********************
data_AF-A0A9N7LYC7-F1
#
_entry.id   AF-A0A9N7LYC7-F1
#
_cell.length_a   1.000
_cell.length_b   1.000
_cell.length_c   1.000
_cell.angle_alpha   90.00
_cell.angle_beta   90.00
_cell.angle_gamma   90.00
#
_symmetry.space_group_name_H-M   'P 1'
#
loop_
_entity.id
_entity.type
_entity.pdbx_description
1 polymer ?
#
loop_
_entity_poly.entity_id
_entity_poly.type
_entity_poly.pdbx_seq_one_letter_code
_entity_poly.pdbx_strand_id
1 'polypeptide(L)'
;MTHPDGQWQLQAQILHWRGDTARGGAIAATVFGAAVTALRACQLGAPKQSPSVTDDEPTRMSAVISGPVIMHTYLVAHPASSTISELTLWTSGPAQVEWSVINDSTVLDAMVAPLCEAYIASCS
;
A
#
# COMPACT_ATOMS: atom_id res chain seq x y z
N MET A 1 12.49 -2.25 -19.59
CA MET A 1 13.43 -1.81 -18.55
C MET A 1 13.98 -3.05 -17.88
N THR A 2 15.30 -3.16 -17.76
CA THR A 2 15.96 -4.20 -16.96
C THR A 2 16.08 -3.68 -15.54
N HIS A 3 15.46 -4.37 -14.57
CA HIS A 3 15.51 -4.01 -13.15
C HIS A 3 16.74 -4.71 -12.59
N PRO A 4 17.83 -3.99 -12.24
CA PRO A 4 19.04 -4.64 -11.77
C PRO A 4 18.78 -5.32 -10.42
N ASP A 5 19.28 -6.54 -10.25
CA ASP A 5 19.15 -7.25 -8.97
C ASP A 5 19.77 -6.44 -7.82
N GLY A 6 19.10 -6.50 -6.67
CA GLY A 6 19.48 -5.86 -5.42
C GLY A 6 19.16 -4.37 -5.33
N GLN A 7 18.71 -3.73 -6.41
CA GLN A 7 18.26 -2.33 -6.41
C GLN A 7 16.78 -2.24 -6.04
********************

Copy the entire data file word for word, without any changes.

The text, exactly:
data_AF-A0A9N7LYC7-F1
#
_entry.id   AF-A0A9N7LYC7-F1
#
_cell.length_a   1.000
_cell.length_b   1.000
_cell.length_c   1.000
_cell.angle_alpha   90.00
_cell.angle_beta   90.00
_cell.angle_gamma   90.00
#
_symmetry.space_group_name_H-M   'P 1'
#
loop_
_entity.id
_entity.type
_entity.pdbx_description
1 polymer ?
#
loop_
_entity_poly.entity_id
_entity_poly.type
_entity_poly.pdbx_seq_one_letter_code
_entity_poly.pdbx_strand_id
1 'polypeptide(L)'
;MTHPDGQWQLQAQILHWRGDTARGGAIAATVFGAAVTALRACQLGAPKQSPSVTDDEPTRMSAVISGPVIMHTYLVAHPASSTISELTLWTSGPAQVEWSVINDSTVLDAMVAPLCEAYIASCS
;
A
#
# COMPACT_ATOMS: atom_id res chain seq x y z
N MET A 1 12.49 -2.25 -19.59
CA MET A 1 13.43 -1.81 -18.55
C MET A 1 13.98 -3.05 -17.88
N THR A 2 15.30 -3.16 -17.76
CA THR A 2 15.96 -4.20 -16.96
C THR A 2 16.08 -3.68 -15.54
N HIS A 3 15.46 -4.37 -14.57
CA HIS A 3 15.51 -4.01 -13.15
C HIS A 3 16.74 -4.71 -12.59
N PRO A 4 17.83 -3.99 -12.24
CA PRO A 4 19.04 -4.64 -11.77
C PRO A 4 18.78 -5.32 -10.42
N ASP A 5 19.28 -6.54 -10.25
CA ASP A 5 19.15 -7.25 -8.97
C ASP A 5 19.77 -6.44 -7.82
N GLY A 6 19.10 -6.50 -6.67
CA GLY A 6 19.48 -5.86 -5.42
C GLY A 6 19.16 -4.37 -5.33
N GLN A 7 18.71 -3.73 -6.41
CA GLN A 7 18.26 -2.33 -6.41
C GLN A 7 16.78 -2.24 -6.04